This week we continue on with the first chapter of my “Remnants of Eden: Evolution, Deep-Time, & the Antediluvian World.” God bless, and stay with me as the story unfolds with the next post…
My interest in the past and the beasts that populated it only continued to grow throughout my adolescence. That night at the wake, reading quietly in the church kitchen, the book in my hands that fascinated me so was Michael Crichton’s The Lost World, the sequel to Jurassic Park. Having never read Jurassic Park itself, this was, in fact, my first experience with Crichton’s writing, and I was utterly immersed. The book, which I had gotten the day before, consoled me through distraction, and in doing so established a precedent within my mind, the extent of which I could not yet know.
Later, in the months after the funeral, in searching for my own “lost world” of sorts, I looked not only to the science of fossils and deep-time, but also fields rooted in the living world around me. College was, after all, only a few years away. Perhaps, I reasoned, the past would become ever clearer to me if I set my attention on the relatives of the Dinosauria, and such study could possibly lay the groundwork for a career as a herpetologist ¹ or ornithologist. ² Through that course of thinking was born a small menagerie, a hodgepodge of personal research animals that dominated a great deal of my time for several years.
The plan initially was to acquire only a few animals, perhaps one or two birds and a few lizards, in order to better understand their physiology and behaviors. My grandpa Barry, as always, was more than willing to oblige me. From my earliest memories on, he was always dedicated to giving me whatever my heart desired. His devotion to me actually saddens me now quite a bit, as I have come to realize that I never actually took the time to consider the price he often had to pay for my happiness. Even so, no matter how frivolous the pursuit, he was there, checkbook in hand, especially after my grandmother’s passing.
As I continued to grow my menagerie, I became as interested in the act of collecting as I was the research itself. By the end, just two years after my endeavors had begun, I had over two-dozen birds, with a blue-front amazon, a Vosmaeri eclectus, a rainbow lorikeet, a sun conure and quaker parrot, and many cockatiels, canaries, and finches. I even had an emu! Beyond those, I had more than a dozen varieties of iguana, gecko, crocodilians, and amphibians within my collection. From them I learned much, but my prospects of entering the scientific fields dedicated to them quickly lost out to another, less conventional pursuit.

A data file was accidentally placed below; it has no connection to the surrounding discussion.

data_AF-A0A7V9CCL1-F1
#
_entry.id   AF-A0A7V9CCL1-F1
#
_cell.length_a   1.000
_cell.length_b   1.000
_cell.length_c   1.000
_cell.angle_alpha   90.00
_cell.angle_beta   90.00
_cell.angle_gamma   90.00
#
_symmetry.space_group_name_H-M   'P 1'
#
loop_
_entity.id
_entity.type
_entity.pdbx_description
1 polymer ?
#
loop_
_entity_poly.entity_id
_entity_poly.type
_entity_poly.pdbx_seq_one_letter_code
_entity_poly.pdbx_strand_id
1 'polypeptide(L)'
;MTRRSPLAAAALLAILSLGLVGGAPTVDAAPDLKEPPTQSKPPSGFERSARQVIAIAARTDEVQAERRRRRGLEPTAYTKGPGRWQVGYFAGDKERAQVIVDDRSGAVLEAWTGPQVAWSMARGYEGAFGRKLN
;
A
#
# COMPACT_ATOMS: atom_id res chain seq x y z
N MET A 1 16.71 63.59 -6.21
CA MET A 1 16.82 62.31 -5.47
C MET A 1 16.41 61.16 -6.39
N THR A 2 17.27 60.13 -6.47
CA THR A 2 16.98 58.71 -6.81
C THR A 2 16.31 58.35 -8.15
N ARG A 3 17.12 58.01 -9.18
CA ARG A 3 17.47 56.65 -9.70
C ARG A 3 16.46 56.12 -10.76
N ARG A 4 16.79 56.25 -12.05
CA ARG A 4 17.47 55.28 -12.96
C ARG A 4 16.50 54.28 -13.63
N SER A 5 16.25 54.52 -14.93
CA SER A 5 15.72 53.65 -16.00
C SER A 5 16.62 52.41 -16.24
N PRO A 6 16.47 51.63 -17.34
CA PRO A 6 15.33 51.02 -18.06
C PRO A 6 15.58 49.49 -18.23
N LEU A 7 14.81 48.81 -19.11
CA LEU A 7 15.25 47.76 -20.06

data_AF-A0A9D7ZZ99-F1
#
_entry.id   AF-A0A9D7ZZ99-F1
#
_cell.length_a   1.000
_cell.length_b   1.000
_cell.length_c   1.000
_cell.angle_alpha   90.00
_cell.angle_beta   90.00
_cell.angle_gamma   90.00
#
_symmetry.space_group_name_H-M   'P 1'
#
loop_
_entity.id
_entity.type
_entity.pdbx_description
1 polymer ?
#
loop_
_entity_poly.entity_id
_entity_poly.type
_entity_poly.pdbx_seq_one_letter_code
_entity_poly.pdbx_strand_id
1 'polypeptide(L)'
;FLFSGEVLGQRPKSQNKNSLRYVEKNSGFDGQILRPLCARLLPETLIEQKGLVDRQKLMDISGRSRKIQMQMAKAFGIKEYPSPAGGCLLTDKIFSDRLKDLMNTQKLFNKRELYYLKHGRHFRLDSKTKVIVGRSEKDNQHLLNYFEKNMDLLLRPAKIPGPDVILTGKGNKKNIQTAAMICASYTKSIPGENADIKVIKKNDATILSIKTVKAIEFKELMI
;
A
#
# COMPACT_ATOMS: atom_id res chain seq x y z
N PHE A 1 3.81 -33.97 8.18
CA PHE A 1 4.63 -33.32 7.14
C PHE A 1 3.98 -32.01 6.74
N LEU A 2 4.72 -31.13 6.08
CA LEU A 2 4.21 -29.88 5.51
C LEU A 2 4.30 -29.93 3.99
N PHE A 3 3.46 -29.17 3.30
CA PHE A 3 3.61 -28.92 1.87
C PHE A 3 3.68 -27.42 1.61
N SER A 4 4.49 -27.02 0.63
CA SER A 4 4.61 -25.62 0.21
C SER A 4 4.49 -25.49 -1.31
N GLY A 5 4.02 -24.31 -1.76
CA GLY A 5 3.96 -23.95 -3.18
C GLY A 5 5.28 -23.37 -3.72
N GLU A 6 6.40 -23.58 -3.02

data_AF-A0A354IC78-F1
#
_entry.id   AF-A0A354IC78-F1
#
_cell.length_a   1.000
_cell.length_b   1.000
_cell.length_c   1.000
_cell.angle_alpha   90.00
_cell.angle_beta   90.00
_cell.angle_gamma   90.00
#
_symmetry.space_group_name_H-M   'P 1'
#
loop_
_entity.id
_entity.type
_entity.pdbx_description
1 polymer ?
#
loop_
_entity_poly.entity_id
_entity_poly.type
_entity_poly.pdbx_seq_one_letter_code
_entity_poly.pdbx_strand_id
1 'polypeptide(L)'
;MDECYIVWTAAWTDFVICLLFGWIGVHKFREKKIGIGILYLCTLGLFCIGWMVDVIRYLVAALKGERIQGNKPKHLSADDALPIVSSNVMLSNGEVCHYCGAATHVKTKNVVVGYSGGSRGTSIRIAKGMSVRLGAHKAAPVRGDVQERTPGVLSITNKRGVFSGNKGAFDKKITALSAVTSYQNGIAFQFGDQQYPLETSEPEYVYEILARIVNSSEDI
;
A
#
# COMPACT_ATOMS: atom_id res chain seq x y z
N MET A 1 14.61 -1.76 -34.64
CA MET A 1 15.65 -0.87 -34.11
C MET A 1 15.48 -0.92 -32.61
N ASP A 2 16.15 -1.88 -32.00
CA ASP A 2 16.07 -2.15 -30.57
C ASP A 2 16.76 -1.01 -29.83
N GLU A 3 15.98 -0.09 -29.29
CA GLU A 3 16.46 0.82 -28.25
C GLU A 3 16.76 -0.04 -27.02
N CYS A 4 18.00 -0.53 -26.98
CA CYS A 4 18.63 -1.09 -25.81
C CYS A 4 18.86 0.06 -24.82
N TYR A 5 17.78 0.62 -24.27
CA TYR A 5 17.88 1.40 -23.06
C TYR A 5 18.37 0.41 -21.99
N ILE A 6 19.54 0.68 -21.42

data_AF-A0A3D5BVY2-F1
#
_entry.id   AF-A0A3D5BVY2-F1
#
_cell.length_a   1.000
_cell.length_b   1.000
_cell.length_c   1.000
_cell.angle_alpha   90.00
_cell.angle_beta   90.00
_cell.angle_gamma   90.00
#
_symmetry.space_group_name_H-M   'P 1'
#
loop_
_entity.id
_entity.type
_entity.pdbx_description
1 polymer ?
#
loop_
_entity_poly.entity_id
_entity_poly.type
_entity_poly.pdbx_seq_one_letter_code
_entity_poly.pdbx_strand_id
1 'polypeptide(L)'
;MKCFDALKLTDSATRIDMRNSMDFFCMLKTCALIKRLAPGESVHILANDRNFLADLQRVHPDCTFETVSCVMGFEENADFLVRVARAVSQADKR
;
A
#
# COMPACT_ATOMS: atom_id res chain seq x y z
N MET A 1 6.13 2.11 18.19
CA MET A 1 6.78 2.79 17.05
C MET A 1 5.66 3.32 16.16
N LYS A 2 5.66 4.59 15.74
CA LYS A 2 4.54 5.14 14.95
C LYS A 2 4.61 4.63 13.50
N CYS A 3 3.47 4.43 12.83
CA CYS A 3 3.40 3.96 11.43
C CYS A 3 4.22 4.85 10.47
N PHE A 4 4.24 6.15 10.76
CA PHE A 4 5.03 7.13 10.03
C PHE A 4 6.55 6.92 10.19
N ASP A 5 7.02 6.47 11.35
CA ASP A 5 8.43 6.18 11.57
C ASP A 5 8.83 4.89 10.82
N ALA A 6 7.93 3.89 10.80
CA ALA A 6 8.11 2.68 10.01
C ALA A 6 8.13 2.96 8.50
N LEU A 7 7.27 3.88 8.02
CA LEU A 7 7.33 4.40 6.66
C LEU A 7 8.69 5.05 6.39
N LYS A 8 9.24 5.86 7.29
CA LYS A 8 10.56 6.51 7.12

Mid-Spring 1998, while sitting in class, my mind wandering amidst the humid jungles of the past, a strange thought occurred to me. This thought, an absolute fool’s errand, would rapidly overtake all of my sensible protestations and come to dominate my life in as significant a way possible for the next thirteen years. Instead of dismissing the notion as I should have, my ingrained interests fueled it, driving me deep into a world of bleeding-edge technology and unbridled ambition.
Inspiration had touched me in that moment, electrifying my heart, invigorating my mind, and clarifying my focus. As the day carried on, I became ever more lost in thought as the world around me fell away and a single, crisp line of thought grew to dominate my consciousness. My imagination presented me with questions: Though others had failed, could you succeed at the impossible goal of resurrecting the past? Are you willing to try? Could you make Jurassic Park real?
- The study of reptiles and amphibians
- The study of birds
The Story Continues with the Next Post…
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